Cyber and Space

Recognising the significance of the cyber and space domains in modern conflict, the PAF has established a Cyber and Space Command, equipped with state-of-the-art capabilities for both defence and offence. This dual focus on cyber and space capabilities positions the PAF as a comprehensive and forward-thinking force.

Restructuring and Development of Human Resource

Human resource development remains central to the PAF’s modernisation strategy. It has, therefore, initiated substantial organisational restructuring aimed at enhancing its agility and operational efficiency. In order to become lean and mean, PAF is right-sizing


Its force to cut off the fat and have the right numbers to accomplish tasks effectively. This restructuring also prioritises equipping its personnel with the skills and knowledge required for modern air warfare, emphasising education and training from nurseries to academies and through dedicated hubs such as the Jinnah Centre of Character and Leadership and other higher seats of learning in the service.

Centres of Excellence and Rejuvenating Policies

Revamping centres like the Airpower Centre of Excellence, and adding the UAV Centre of Excellence, and Centre of Excellence for Air Mobility and Aviation Safety, besides the College of Air Defence, along with updated personnel policies, contribute to a culture of excellence within the PAF.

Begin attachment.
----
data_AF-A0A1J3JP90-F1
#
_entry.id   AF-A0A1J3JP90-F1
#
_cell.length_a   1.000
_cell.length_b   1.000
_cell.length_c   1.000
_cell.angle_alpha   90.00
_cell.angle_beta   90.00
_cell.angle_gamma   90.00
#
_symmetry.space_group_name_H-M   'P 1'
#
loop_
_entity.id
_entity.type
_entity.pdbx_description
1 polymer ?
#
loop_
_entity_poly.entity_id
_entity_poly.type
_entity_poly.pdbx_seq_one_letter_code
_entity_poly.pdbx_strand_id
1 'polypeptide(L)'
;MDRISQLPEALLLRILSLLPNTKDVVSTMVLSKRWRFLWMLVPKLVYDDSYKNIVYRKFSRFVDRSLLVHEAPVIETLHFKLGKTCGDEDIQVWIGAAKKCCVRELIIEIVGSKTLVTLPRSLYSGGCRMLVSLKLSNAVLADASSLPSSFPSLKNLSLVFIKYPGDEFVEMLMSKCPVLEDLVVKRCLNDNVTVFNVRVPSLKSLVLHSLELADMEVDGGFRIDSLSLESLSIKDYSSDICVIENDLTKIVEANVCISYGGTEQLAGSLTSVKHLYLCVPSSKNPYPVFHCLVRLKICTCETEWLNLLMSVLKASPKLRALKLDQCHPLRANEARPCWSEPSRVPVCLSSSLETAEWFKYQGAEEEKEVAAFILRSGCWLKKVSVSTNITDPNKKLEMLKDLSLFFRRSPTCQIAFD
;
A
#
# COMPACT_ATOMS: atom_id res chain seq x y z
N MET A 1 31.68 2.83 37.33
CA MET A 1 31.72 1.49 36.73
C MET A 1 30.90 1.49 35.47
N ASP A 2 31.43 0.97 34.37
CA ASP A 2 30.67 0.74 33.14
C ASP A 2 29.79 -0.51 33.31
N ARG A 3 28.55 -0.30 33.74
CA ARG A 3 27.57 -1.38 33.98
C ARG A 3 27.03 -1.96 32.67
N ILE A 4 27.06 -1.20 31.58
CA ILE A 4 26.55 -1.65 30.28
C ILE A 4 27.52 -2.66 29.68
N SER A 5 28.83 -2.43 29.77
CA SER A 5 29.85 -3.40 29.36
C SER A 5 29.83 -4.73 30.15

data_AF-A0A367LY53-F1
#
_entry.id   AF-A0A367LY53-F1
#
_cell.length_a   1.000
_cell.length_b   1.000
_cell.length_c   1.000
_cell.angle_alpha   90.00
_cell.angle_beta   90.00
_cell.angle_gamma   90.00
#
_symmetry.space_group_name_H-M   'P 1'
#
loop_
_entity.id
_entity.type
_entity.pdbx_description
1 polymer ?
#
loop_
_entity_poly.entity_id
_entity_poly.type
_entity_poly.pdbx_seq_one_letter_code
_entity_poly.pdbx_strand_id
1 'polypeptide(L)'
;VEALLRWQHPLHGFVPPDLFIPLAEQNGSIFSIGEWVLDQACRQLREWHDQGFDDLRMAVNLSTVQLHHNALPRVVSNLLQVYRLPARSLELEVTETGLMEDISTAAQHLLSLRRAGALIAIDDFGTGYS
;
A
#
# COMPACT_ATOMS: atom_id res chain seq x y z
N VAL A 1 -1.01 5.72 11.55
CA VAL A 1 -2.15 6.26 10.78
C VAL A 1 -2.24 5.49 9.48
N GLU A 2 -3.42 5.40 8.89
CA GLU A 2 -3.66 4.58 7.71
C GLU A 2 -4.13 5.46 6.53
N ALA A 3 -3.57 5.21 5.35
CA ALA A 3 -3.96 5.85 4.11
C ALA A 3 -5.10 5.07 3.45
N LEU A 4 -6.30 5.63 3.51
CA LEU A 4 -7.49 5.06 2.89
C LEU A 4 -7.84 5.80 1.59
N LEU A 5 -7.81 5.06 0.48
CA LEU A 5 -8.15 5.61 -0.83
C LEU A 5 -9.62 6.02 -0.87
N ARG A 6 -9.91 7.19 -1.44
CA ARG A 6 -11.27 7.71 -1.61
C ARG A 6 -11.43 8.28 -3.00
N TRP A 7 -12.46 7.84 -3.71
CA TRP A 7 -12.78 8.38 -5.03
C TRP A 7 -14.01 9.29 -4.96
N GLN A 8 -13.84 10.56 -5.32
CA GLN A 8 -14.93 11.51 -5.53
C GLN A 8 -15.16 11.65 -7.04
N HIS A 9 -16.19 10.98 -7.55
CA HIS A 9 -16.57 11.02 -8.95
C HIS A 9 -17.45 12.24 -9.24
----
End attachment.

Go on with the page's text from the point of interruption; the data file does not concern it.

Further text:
Development of Aerospace Industry (NASTP)

A cornerstone of the PAF’s modernisation efforts is the drive towards indigenisation and self-reliance. The National Aerospace Science and Technology Park (NASTP) serves as the flagship initiative in this regard, with clusters in Kamra and techno-parks in Rawalpindi, Karachi, Lahore, and Kharian. These technology divisions span aerospace, cyber, IT, AI, training, certification, and incubation domains, fostering innovation and collaboration with the private sector. The private sector’s integration, with over 75 cohorts, start-ups, and SMEs, underscores the PAF’s commitment to leveraging external expertise and resources. The Aerospace Design and Innovation Centre, scheduled for inauguration shortly, will further enhance capabilities in designing and developing advanced aerospace technologies. Furthermore, to provide security for these initiatives, NASTP has been placed under the Special Investment Facilitation Council (SIFC), highlighting the integral role it is expected to play in Pakistan’s economic revival.


The indigenisation effort extends to the development of Pakistan’s first indigenous fighter aircraft. The JF-17 PFX programme, set to be formally launched alongside the Aerospace Village during the first half of 2024, represents a significant milestone in the PAF’s pursuit of self-reliance. It has progressed to 30 to 40 percent into the design phase, alongside other development and modernisation initiatives.



Based on the pillars of indigenisation, modernisation, restructuring, and operational efficiency, the PAF’s transformation under Air Chief Marshal Zaheer Ahmed Baber Sidhu’s leadership is a testament to his forward-thinking approach to addressing the challenges of contemporary warfare. The commitment to the operationalisation of other niche technologies required for the development of the aerospace industry in Pakistan, and self-reliance will not only bolster the PAF’s capabilities but also contribute significantly to Pakistan’s economic growth.

Air Marshal Asim Suleiman (Retd) is President at the Centre for Aerospace and Security Studies (CASS), Lahore.